14. Jaune Sahara looks a lot like Chamois to me ... given that Chamois isn't mentioned in that chart, I wonder if its an alternate name? Or perhaps a name for the same paint when used as an exterior finish (as may have been the case with some D.520s in North Africa). Cheers Colin
  15. ckw

    Sanding Seams

    This is where I would use gloop (sprue dissolved in Tamiya thin) - it forms a proper plastic weld and has the same finish and strength as the surrounding plastic making a consistent finish across the join easier. I too would go with files for removing/shaping excess, moving to fine sandpaper only for the final finish Cheers Colin
  16. I received a vinyl record last week with just a sticker. This is new - usually they arrive in a custom carboard envelope, and sometimes that is inside a padded envelope. Fortunately the disc was undamaged and the sticker was on a clear plastic wrapper. But vinyl is fragile and can be easily bent. I've registered my dissatisfaction (not that it will do much good!) Cheers Colin
  17. For masking delicate finishes I've found Parafilm to be the safest option Cheers Colin
  18. ckw

    Hole Punch

    I got a set off Amazon https://www.amazon.co.uk/gp/product/B0852VVKRY down to .5mm Not sure what you want it for, but it works for me to punch circles from masking tape. Cheers Colin
  19. The only way I've found of doing this is to use a very fine scribing saw (and that isn't fool proof). For that reason I now prefer to user either 'gloop' composed from sprue and Tamiya extra thin cement or a superglue & talc paste as a filler where rescribing is required. BTW - not all superglues are the same when making a paste. The cheapo 5 for a pound tubes seem to dry up the moment they sense the talc. Gorrilla superglue works quite well, though working time is still very short. Cheers Colin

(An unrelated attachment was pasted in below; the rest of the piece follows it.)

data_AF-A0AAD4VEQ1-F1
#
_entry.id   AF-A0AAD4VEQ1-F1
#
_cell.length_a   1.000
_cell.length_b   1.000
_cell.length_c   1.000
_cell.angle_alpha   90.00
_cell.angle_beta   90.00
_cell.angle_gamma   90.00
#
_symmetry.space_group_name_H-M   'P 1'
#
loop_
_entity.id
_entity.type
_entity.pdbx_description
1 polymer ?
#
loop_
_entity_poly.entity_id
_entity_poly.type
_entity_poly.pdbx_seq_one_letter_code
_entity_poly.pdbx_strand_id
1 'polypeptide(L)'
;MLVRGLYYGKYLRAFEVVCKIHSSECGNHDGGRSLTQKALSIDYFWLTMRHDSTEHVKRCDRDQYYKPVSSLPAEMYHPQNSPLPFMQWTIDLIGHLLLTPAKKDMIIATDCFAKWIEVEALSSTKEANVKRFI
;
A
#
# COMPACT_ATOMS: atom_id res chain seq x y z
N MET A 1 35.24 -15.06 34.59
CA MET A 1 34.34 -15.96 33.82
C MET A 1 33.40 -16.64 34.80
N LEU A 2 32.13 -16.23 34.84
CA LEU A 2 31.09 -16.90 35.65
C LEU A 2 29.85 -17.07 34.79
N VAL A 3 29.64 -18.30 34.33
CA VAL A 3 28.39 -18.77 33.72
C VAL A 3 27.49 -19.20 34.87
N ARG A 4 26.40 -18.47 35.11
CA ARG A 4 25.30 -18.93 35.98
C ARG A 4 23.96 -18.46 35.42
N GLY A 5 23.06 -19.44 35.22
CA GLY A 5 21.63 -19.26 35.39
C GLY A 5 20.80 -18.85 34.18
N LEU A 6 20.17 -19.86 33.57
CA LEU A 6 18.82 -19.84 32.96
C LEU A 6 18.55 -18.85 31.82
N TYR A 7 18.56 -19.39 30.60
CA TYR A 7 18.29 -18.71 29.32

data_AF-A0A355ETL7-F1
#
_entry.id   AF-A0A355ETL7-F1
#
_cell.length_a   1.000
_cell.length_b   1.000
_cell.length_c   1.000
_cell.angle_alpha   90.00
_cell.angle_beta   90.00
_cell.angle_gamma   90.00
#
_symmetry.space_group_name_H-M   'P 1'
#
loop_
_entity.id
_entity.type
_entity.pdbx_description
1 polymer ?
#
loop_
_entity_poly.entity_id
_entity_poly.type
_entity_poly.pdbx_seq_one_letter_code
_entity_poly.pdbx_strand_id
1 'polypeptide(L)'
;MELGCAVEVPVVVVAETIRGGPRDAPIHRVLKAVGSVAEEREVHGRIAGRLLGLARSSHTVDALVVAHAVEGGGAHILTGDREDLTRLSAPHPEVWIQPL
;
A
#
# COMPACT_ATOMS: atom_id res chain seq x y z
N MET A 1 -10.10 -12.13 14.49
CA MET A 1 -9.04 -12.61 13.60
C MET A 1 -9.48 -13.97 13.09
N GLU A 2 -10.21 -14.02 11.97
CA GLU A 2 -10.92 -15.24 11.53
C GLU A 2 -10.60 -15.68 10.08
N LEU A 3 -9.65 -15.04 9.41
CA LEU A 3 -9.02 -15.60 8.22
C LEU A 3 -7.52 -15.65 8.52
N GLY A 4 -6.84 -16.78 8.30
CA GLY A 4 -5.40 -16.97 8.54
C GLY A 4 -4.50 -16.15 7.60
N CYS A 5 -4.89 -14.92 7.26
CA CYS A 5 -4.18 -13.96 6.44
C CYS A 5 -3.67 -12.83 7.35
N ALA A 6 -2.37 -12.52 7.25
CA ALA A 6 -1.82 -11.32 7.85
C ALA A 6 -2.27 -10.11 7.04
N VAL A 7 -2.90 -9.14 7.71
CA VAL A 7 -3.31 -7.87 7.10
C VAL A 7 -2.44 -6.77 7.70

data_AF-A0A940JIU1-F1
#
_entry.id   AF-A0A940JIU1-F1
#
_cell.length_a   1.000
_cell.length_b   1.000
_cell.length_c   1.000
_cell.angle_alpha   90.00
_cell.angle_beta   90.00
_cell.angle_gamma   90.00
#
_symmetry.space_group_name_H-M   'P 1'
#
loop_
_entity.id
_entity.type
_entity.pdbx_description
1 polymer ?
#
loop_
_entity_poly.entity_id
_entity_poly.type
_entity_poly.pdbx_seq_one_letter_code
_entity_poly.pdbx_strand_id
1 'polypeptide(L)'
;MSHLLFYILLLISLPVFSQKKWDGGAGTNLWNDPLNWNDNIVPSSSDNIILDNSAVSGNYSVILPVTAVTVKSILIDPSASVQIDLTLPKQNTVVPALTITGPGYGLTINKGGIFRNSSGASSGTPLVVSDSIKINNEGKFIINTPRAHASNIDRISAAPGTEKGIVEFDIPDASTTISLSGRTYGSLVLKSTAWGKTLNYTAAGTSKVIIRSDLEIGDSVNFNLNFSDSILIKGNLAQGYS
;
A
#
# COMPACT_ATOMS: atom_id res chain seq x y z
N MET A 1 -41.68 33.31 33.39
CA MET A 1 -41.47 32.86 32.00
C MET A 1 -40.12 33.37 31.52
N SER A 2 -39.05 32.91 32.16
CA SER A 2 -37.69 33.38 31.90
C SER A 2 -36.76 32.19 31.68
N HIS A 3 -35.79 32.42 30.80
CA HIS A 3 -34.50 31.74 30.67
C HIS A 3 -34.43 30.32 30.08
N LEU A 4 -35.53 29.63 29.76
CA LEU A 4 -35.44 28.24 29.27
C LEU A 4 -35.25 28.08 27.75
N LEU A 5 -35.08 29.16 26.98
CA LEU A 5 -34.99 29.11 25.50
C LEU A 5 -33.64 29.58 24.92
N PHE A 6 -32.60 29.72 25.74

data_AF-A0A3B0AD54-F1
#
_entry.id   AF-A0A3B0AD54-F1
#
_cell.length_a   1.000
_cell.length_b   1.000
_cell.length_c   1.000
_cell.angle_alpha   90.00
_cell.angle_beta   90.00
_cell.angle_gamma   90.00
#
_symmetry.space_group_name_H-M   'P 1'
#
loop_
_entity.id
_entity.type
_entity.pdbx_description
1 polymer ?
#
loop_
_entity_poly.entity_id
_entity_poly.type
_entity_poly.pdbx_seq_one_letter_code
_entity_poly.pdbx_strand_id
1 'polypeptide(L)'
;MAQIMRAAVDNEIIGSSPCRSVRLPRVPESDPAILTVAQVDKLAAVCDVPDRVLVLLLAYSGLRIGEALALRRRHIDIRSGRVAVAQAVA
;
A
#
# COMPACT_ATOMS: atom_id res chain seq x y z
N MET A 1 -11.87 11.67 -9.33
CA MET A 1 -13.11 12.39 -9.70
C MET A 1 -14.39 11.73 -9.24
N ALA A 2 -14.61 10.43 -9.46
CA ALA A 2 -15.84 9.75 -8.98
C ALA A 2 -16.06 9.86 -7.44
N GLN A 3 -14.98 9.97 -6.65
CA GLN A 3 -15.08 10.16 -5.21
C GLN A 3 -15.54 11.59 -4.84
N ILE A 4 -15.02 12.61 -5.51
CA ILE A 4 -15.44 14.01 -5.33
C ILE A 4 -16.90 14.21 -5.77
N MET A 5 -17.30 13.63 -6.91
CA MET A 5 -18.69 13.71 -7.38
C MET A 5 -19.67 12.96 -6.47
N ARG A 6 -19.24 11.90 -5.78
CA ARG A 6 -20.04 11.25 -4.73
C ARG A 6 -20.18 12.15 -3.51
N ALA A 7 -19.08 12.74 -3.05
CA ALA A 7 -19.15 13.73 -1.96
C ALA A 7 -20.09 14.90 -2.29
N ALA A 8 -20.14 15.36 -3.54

20. Me too ... but no reason to feel bad about it. I enjoy looking at other's builds but the 'marketplace' is my incentive to go - often looking for specific out of production kits. With the demise of many hobby shops, I imagine this will be an ever increasing reason to attend. As for entrance fees, given I'm saving on P&P and hope to pick up some bargains, this seems fair. Certainly £10 is fine with me. Perhaps 'admission' should be charged at point of exit, at say 5% - 10% of your purchases . Maybe in a few years with advances in cashless operation this might be practical to do. Cheers Colin I